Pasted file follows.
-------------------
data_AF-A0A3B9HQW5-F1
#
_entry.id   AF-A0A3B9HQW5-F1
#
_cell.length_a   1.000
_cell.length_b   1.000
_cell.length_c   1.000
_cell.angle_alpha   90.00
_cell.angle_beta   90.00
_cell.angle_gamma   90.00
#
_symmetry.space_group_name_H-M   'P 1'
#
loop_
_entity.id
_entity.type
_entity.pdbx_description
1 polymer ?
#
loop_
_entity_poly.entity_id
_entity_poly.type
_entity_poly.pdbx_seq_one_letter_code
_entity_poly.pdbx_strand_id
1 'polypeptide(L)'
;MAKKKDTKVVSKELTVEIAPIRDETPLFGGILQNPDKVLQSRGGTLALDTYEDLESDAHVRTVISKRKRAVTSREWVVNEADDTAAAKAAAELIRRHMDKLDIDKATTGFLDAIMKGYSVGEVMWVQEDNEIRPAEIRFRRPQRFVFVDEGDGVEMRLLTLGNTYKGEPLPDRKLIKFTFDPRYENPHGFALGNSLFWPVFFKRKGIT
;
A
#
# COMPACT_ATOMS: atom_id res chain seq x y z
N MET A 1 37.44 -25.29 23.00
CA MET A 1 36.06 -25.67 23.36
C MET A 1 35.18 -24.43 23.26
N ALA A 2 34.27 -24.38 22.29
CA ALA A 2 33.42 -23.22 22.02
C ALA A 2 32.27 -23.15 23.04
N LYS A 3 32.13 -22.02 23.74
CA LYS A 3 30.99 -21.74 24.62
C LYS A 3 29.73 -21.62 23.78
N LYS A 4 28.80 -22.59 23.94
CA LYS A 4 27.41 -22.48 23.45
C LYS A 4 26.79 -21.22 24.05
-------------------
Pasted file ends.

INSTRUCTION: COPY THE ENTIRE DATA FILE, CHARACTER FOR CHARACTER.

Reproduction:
data_AF-A0A3B9HQW5-F1
#
_entry.id   AF-A0A3B9HQW5-F1
#
_cell.length_a   1.000
_cell.length_b   1.000
_cell.length_c   1.000
_cell.angle_alpha   90.00
_cell.angle_beta   90.00
_cell.angle_gamma   90.00
#
_symmetry.space_group_name_H-M   'P 1'
#
loop_
_entity.id
_entity.type
_entity.pdbx_description
1 polymer ?
#
loop_
_entity_poly.entity_id
_entity_poly.type
_entity_poly.pdbx_seq_one_letter_code
_entity_poly.pdbx_strand_id
1 'polypeptide(L)'
;MAKKKDTKVVSKELTVEIAPIRDETPLFGGILQNPDKVLQSRGGTLALDTYEDLESDAHVRTVISKRKRAVTSREWVVNEADDTAAAKAAAELIRRHMDKLDIDKATTGFLDAIMKGYSVGEVMWVQEDNEIRPAEIRFRRPQRFVFVDEGDGVEMRLLTLGNTYKGEPLPDRKLIKFTFDPRYENPHGFALGNSLFWPVFFKRKGIT
;
A
#
# COMPACT_ATOMS: atom_id res chain seq x y z
N MET A 1 37.44 -25.29 23.00
CA MET A 1 36.06 -25.67 23.36
C MET A 1 35.18 -24.43 23.26
N ALA A 2 34.27 -24.38 22.29
CA ALA A 2 33.42 -23.22 22.02
C ALA A 2 32.27 -23.15 23.04
N LYS A 3 32.13 -22.02 23.74
CA LYS A 3 30.99 -21.74 24.62
C LYS A 3 29.73 -21.62 23.78
N LYS A 4 28.80 -22.59 23.94
CA LYS A 4 27.41 -22.48 23.45
C LYS A 4 26.79 -21.22 24.05